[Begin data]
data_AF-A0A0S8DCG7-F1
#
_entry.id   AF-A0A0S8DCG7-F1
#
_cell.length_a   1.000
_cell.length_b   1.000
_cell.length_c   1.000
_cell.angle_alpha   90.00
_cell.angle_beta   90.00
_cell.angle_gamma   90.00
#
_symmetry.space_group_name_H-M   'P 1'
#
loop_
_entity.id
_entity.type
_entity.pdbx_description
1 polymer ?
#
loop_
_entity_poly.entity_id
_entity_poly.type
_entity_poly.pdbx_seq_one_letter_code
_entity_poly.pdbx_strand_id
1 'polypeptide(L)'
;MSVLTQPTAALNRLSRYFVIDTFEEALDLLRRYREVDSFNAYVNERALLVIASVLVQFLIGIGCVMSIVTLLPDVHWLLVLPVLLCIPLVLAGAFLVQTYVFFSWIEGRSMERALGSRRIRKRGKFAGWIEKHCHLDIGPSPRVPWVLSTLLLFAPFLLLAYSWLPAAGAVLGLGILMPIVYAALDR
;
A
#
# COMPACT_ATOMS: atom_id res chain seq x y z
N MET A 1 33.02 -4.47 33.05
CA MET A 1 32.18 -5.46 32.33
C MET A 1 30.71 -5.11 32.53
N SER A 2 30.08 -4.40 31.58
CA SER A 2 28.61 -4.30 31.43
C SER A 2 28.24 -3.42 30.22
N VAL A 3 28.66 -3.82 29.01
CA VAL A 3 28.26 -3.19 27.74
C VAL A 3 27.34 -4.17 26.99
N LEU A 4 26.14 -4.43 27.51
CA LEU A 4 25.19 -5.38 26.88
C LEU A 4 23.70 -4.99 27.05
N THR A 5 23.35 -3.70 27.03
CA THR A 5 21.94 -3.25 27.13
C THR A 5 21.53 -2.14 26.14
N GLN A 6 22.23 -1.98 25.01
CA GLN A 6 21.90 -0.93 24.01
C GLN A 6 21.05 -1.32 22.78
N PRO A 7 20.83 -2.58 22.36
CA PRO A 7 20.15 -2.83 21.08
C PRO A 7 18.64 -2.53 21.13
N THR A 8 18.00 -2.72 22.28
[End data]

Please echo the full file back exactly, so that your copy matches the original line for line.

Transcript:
data_AF-A0A0S8DCG7-F1
#
_entry.id   AF-A0A0S8DCG7-F1
#
_cell.length_a   1.000
_cell.length_b   1.000
_cell.length_c   1.000
_cell.angle_alpha   90.00
_cell.angle_beta   90.00
_cell.angle_gamma   90.00
#
_symmetry.space_group_name_H-M   'P 1'
#
loop_
_entity.id
_entity.type
_entity.pdbx_description
1 polymer ?
#
loop_
_entity_poly.entity_id
_entity_poly.type
_entity_poly.pdbx_seq_one_letter_code
_entity_poly.pdbx_strand_id
1 'polypeptide(L)'
;MSVLTQPTAALNRLSRYFVIDTFEEALDLLRRYREVDSFNAYVNERALLVIASVLVQFLIGIGCVMSIVTLLPDVHWLLVLPVLLCIPLVLAGAFLVQTYVFFSWIEGRSMERALGSRRIRKRGKFAGWIEKHCHLDIGPSPRVPWVLSTLLLFAPFLLLAYSWLPAAGAVLGLGILMPIVYAALDR
;
A
#
# COMPACT_ATOMS: atom_id res chain seq x y z
N MET A 1 33.02 -4.47 33.05
CA MET A 1 32.18 -5.46 32.33
C MET A 1 30.71 -5.11 32.53
N SER A 2 30.08 -4.40 31.58
CA SER A 2 28.61 -4.30 31.43
C SER A 2 28.24 -3.42 30.22
N VAL A 3 28.66 -3.82 29.01
CA VAL A 3 28.26 -3.19 27.74
C VAL A 3 27.34 -4.17 26.99
N LEU A 4 26.14 -4.43 27.51
CA LEU A 4 25.19 -5.38 26.88
C LEU A 4 23.70 -4.99 27.05
N THR A 5 23.35 -3.70 27.03
CA THR A 5 21.94 -3.25 27.13
C THR A 5 21.53 -2.14 26.14
N GLN A 6 22.23 -1.98 25.01
CA GLN A 6 21.90 -0.93 24.01
C GLN A 6 21.05 -1.32 22.78
N PRO A 7 20.83 -2.58 22.36
CA PRO A 7 20.15 -2.83 21.08
C PRO A 7 18.64 -2.53 21.13
N THR A 8 18.00 -2.72 22.28